Black History month has been celebrated right here in the UK for more than 30 years. This celebration takes place from the start to the end of October. Throughout history, black people have made huge contributions to society in many fields and areas, so up and down the country events are held to highlight and celebrate the achievements and contributions of the black community. Black African women have played a central role in British history for centuries too, yet still, our stories are frequently left untold. And if they are, the historical narratives are “watered down” to versions that please the non-black gatekeepers.
The rise of the Black Lives Matter movement has brought a thirst into campaigners who want to reclaim the stories and experiences of black people, particularly those of black women in this country. For centuries, black women’s lives have embodied the qualities of courage, intelligence and independence; they have built communities, raised families, and against often overwhelming odds, they have carved out identities as pioneers, activists and artists. On the inclusion of Black women in our history, historian Jade Bentil says; “When black women are positioned not at the margins of history, not as onlookers, but as the original point of radical movements and events, a completely new vision of the world is made possible”. I agree, and below I celebrate the glass ceiling shattering efforts of 5 phenomenal African British women that everyone should acquaint themselves with this Black History month.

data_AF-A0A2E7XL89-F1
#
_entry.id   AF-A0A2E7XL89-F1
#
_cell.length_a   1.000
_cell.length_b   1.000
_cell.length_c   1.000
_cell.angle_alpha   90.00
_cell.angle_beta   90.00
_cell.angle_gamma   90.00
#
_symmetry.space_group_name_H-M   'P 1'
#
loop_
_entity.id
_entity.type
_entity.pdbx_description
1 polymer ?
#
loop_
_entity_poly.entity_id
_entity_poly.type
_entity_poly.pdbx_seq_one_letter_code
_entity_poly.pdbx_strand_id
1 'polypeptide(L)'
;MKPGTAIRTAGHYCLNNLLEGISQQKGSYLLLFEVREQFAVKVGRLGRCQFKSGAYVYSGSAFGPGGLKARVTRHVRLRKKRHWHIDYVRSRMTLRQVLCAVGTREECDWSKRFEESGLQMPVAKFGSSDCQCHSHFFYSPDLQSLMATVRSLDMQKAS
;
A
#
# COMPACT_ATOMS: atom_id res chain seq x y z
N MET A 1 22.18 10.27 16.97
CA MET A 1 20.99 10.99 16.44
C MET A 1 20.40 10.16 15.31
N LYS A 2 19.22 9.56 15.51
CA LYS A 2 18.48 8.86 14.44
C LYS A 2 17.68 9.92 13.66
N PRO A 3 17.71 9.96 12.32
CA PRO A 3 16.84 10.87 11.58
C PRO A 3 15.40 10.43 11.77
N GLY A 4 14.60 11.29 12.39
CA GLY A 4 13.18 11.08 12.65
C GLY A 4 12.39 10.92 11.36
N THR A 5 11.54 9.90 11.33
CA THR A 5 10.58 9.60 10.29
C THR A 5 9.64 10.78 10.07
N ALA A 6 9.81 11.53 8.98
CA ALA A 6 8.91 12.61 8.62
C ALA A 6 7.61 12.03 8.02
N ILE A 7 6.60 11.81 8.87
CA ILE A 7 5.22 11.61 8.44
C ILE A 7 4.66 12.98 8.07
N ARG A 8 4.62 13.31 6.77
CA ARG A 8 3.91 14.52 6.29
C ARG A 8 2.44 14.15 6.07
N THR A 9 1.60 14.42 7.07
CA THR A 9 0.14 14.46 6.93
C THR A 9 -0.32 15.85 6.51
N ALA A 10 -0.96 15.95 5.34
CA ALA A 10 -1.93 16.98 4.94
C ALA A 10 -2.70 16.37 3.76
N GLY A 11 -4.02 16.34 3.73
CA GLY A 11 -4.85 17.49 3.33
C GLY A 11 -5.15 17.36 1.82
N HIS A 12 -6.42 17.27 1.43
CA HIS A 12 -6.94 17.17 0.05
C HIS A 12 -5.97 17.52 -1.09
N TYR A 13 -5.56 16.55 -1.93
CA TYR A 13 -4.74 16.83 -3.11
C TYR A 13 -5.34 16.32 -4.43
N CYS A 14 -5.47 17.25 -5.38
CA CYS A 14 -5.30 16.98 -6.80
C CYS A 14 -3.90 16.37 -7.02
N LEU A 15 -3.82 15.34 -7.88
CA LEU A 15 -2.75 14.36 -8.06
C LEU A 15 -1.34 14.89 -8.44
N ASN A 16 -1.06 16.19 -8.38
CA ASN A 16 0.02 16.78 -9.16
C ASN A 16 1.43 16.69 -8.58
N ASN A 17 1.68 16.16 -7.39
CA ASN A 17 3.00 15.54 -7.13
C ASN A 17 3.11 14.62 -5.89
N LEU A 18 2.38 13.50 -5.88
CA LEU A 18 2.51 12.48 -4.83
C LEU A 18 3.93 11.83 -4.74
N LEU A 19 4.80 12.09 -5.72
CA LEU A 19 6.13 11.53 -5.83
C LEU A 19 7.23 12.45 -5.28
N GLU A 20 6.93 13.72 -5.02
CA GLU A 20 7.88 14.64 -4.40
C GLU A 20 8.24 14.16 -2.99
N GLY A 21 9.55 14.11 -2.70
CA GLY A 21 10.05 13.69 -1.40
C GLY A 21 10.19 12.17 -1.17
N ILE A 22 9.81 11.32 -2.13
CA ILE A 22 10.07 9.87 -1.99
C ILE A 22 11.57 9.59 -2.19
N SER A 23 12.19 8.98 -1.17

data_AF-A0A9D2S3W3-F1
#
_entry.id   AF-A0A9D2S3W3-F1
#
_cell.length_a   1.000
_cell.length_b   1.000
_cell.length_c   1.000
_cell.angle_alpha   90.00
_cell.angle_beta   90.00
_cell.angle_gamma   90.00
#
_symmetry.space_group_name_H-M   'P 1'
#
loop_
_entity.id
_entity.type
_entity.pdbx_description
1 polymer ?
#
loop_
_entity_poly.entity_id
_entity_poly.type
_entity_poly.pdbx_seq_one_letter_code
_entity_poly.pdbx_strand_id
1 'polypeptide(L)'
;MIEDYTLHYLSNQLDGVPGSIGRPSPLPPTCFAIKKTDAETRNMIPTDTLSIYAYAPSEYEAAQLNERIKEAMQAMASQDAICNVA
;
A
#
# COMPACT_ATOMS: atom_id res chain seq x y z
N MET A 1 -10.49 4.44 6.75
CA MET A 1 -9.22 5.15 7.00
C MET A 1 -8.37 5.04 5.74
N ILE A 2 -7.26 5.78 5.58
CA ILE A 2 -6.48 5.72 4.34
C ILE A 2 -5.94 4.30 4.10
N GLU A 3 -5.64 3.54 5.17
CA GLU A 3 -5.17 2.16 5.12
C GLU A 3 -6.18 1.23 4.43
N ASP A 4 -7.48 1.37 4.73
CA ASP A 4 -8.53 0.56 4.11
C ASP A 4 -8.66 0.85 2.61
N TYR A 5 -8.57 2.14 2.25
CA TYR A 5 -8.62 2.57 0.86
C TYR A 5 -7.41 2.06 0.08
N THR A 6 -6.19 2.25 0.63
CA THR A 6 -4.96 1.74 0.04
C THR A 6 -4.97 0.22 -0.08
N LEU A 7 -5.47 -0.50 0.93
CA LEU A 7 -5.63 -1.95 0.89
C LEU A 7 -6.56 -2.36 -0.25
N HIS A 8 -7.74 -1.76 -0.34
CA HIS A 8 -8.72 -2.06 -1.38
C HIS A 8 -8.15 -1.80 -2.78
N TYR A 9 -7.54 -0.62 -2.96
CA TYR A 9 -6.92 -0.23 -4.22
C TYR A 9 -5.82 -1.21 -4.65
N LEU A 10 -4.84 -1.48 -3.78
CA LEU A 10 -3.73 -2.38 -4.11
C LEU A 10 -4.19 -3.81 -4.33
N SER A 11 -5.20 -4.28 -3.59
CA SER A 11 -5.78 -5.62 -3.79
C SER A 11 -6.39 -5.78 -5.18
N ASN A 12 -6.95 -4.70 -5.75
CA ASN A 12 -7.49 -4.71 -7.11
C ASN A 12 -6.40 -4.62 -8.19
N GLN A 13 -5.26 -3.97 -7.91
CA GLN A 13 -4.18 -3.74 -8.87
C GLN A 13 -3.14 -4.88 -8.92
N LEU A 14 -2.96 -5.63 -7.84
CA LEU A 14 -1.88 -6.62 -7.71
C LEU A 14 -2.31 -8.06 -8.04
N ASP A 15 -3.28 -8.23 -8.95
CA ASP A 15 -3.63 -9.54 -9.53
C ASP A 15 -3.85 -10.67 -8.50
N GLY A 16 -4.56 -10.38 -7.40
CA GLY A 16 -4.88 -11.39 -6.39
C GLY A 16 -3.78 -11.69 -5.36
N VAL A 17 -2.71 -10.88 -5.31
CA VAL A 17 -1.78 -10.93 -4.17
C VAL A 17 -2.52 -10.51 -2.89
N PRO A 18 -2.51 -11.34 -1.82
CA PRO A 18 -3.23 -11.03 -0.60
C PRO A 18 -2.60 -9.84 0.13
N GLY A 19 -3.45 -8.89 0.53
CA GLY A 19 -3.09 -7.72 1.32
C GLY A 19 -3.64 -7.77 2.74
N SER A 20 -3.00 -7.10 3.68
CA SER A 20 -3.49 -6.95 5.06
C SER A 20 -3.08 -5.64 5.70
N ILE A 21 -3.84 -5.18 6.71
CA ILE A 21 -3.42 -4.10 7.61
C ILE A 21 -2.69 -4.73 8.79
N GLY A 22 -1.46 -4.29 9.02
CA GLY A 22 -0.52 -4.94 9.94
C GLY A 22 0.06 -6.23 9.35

Sade: Born in Ibadan, her father was a Nigerian university teacher of economics and mother was an English nurse. When their daughter was born, nobody locally called her by her English name, and so a shortened version of Folasade stuck. Helen Folasade Adu is aBritish singer, songwriter and producer who has gained worldwide fame as the lead vocalist of the English band Sade. She’s not just one of Britain’s most successful solo artists in history, with hip hop legends such as Missy Elliott and R&B legends Beyonce and Aaliyah all citing Sade as their influence, but she’s totally underrated. Sade grew up listening to American soul music, particularly the wave led in the 1970’s by artists such as Curtis Mayfield, Donny Hathaway, and Bill Withers. As a teenager, she saw the Jackson 5 at the Rainbow Theatre in Finsbury Park, London where she worked behind the bar at weekends. “I was more fascinated by the audience than by anything that was going on on the stage. They’d attracted kids, mothers with children, old people, white, black. I was really moved. That’s the audience I’ve always aimed for”.
Margaret Busby: Ghanaian-born Margaret is an extremely influential name in the world of publishing. That’s because she was Britain’s youngest and first black female book publisher, when she co-founded the publishing company Allison & Busby in 1967, alongside a man called Clive Allison. The company didn’t only publish work by black writers, but it did help to make the names of many black writers more well-known. Talking about writing today, Margaret says: “Technology permits you to be your own publisher and editor, which should encourage a lot of us – especially young people – to write and express themselves”. “Write because you really enjoy it and learn to be a good reader because the best writers read voraciously. Get to know the best books out there”.